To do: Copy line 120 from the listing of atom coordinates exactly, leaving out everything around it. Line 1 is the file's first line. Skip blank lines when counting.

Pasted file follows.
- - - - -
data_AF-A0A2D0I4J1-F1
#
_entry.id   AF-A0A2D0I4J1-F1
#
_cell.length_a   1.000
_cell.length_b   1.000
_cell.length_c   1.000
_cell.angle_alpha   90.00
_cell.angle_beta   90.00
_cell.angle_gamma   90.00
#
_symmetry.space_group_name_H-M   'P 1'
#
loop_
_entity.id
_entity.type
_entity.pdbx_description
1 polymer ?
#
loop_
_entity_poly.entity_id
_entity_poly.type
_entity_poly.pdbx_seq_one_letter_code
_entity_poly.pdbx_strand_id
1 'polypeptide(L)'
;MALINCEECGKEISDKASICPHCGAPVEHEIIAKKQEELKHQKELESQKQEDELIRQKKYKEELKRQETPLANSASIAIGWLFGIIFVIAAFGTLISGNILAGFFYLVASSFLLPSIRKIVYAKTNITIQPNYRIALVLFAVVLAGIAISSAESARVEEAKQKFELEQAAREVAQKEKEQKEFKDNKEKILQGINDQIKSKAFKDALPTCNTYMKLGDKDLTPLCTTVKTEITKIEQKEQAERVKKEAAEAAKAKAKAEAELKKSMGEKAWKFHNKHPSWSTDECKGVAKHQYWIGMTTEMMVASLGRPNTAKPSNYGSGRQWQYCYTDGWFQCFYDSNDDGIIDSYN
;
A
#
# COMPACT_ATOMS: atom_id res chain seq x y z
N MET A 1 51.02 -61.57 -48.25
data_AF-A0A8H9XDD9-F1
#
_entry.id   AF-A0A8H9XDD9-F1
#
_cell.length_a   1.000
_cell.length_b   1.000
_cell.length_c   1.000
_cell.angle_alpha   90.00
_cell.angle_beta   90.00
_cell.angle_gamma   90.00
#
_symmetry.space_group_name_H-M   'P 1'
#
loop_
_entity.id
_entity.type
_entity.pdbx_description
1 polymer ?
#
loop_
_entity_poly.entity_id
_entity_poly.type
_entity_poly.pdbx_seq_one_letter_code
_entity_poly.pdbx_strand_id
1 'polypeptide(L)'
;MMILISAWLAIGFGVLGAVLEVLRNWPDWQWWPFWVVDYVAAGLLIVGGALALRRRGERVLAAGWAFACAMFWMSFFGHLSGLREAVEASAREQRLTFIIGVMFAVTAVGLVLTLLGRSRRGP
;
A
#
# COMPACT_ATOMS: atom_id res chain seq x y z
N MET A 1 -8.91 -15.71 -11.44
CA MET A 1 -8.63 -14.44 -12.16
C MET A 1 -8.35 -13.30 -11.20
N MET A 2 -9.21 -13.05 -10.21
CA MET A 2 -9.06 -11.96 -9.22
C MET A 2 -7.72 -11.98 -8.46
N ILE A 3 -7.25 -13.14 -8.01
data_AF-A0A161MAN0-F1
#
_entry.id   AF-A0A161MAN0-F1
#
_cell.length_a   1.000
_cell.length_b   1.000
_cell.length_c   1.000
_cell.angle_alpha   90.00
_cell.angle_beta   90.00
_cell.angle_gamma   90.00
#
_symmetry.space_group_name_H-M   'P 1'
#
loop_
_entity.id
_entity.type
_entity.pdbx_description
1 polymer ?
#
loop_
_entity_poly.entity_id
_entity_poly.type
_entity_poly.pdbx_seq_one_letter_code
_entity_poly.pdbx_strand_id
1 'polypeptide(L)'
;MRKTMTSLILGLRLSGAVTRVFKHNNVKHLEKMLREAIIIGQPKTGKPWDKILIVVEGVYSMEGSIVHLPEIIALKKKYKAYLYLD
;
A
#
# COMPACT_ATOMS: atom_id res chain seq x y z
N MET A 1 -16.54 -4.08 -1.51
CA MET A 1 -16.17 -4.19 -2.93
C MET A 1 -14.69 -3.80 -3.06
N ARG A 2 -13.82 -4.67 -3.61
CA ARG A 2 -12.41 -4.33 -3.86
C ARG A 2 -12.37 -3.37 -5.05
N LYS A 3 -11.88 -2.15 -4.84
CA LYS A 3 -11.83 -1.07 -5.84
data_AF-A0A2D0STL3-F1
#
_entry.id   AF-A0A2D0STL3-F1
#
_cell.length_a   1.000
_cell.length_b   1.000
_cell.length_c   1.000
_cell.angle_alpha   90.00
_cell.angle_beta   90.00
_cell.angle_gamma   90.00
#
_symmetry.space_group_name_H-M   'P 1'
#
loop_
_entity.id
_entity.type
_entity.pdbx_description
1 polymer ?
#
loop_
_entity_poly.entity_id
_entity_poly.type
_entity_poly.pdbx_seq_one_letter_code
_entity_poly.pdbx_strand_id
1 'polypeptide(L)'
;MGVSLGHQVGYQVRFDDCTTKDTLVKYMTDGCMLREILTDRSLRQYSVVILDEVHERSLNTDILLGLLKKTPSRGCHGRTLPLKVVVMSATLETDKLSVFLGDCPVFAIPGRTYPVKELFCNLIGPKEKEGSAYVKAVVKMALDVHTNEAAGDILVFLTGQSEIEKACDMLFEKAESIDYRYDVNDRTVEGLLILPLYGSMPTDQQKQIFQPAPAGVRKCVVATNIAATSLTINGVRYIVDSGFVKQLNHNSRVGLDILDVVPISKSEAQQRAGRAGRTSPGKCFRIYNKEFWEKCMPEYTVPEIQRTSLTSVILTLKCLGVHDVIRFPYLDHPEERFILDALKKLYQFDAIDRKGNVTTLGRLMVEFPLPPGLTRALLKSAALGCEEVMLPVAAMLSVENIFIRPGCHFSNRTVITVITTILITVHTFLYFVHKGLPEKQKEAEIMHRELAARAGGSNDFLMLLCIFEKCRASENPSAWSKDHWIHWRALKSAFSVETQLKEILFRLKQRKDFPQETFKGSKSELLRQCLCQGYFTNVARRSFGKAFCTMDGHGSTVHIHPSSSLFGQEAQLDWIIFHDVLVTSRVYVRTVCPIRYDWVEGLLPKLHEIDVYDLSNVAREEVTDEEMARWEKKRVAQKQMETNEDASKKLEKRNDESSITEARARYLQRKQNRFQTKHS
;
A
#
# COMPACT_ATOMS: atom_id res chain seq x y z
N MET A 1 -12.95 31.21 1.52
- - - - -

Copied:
loop_